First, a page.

Pressboard “I” Beam’s

This fire occurred in a vacant 3 story attached multiple dwelling.  There were three separate apartments in the building, one per floor.  All three floors were occupied by squatters.  First arriving companies found heavy fire on the first floor in the front room of a three story newly constructed Multiple Dwelling.  

Apparently the owners walked away from the units, leaving nothing behind.  Squatters broke in and brought mattresses and some comforts of home.  Companies stated that, in the fire apartment, there was no other furniture in the apartment other than 1 mattress and 1 couch.

Note the heavy damage from the small to moderate fire load in this apartment.  Note also the firespread into and throughout the second floor supports (thru the sheet-rock ceiling in areas where electrical lighting fixtures and ceiling fans were).  In many areas the pressboard web in the support has burned completely through.  Thankfully, there were no occupants or heavy furniture on any floor as the building was vacant as stated above.

A heavier fire load on the first floor, or just regular amounts of household furniture on the second floor could have let to a catastrophic collapse as units were operating.  Be aware!   If these are going into new construction in your area, note it,  and let responding members have this information as a part of “Critical Dispatch Information”.

CLICK ON THE PHOTOS FOR A CLOSER VIEW…

Doug

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More digital radio problems…

Despite the repeated and plentiful problems with digital radios in the fire service, more and more departments are beginning to use them.  Smart, right?

A recent report by the IAFC pinpoints a new hazard that firefighters of all levels should be aware of.  Very simply – high noise has a tendency to disruption in the “audible modulation” (that’s “ability to understand” for the rest of us).  While this may sound obvious, its related attributed directly to the technolgoy in digital radios.

There are alot of implications to this, but most notably is that during “MAYDAY” transmissions or RIT deployments.  A specific finding was that an activated pass-alarm in the area may eliminate the ability to transmit a understandable message.  The take home point is:

  • Firefighters should declare a “MAYDAY” before activating their own PASS alarm
  • RIT teams should silence the downed FF’s PASS alarm ASAP so that nessecary communication can occur.

Recent testing by the Fairfax County FD as well as experience during recent RIT training in the District of Columbia have confirmed these concerns….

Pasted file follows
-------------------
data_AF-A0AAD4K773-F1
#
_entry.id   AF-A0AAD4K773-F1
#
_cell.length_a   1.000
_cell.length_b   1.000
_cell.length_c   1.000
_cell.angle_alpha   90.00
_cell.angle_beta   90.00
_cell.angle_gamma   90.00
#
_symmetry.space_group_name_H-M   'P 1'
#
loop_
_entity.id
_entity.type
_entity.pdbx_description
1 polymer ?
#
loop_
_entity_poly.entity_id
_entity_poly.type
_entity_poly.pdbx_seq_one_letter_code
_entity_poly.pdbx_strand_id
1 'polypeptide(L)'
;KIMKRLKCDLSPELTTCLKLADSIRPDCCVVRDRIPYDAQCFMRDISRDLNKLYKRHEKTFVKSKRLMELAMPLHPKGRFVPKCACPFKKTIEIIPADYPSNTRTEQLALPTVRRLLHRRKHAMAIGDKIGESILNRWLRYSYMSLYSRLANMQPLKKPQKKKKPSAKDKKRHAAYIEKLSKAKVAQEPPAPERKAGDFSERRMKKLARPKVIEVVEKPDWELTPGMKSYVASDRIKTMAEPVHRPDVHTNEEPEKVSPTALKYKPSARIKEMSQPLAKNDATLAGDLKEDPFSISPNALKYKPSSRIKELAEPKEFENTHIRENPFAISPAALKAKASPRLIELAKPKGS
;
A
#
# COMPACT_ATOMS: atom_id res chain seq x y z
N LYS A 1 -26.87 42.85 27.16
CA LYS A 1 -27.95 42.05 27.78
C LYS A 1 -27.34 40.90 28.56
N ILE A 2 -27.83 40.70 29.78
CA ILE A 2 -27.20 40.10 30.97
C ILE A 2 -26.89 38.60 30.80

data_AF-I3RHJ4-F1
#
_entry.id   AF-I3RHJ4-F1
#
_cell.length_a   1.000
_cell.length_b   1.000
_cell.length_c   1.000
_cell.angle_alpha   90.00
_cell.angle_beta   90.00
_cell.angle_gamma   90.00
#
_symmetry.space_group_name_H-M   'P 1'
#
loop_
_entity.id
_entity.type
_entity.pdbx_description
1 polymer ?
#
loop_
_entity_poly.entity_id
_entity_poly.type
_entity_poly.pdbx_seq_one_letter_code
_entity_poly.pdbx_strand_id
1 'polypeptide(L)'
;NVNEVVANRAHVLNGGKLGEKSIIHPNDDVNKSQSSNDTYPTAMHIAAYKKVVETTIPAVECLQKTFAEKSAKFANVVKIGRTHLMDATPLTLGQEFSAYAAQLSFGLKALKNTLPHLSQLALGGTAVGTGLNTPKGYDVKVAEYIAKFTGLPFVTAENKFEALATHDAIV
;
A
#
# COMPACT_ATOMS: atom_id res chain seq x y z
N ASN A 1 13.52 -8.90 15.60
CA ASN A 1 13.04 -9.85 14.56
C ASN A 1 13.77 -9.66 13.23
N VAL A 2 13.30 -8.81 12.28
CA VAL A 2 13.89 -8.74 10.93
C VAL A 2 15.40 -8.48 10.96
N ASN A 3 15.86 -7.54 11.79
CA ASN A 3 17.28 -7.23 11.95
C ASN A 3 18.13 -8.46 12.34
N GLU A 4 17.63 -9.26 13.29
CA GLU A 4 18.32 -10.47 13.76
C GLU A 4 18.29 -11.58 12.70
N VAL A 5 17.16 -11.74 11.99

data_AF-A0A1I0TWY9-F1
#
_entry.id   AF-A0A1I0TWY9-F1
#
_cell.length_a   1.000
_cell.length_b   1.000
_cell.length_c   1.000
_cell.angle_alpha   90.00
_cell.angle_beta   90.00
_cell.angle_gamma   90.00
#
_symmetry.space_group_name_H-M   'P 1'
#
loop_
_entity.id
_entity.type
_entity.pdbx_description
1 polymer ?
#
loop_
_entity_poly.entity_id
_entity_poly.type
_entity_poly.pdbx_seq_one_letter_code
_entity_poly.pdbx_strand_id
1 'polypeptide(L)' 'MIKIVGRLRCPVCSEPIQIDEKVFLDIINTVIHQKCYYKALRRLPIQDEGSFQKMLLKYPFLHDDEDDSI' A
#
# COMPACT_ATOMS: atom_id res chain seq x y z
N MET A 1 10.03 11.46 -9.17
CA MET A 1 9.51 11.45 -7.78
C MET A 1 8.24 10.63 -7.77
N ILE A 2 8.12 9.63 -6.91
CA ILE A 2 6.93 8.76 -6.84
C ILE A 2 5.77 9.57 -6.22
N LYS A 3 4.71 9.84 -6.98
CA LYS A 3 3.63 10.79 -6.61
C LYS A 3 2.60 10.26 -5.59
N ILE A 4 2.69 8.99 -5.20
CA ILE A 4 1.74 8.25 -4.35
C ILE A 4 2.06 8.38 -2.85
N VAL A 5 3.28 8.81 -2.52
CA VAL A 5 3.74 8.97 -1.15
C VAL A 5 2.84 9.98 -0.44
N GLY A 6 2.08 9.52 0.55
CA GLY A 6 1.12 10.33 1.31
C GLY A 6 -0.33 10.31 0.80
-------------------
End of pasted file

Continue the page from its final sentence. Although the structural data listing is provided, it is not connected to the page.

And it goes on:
More information in these reports:

http://www.iafc.org/associations/4685/files/digProj_DPWGinterimReport.pdf

http://www.iafc.org/associations/4685/files/digProb_PortableRadioBestPractices.pdf

Spring 2008: “Great Success”

This past spring was extremely exciting for Traditions Training.  Between January and May, 2008 we held 9 seminars and hands-on classes, giving us the oppurtunity to exchange information with over 600 students and traveling as far as central Maine.  Topics included engine and truck operations, rapid intervention and incident command.  This spring also saw the introduction of two new curricula: our 8-hour “Fighting Fires in Residential Buildings” seminar and a hands-on “Firefighter Self-Surival” class that was expanded to 16-hours. We look forward to the Fall and continuing to meet enthusiastic firefighters around the country.

Halligan Anchor Point

Thanks to TT Instructor Capt. Dan Shaw for this illustration of how to use a halligan bar as an inpromtu anchor-point.  Though primarily for emergency bailouts, its a good idea to keep in mind for whatever situation you may need it for.

Starting with the end of a rope having a Figure-8 on a bight, pass the loop of the bight between the blades of the fork.  Bring the running end of the rope around the pick and then make a hitch around the shaft, above the know.  THEN spike the halligan into the floor.  With practice, this can be accomplished very quickly.

  • You are in a emergency bail-out situation.  What other techniques / options do you have for a fast anchor point?
  • What are you carrying in your pockets that could help you get out of a bad situation?
    • Webbing?
    • Commercial bailout kit (Exo, etc?)
    • Just rope?

OVM

good ovm work…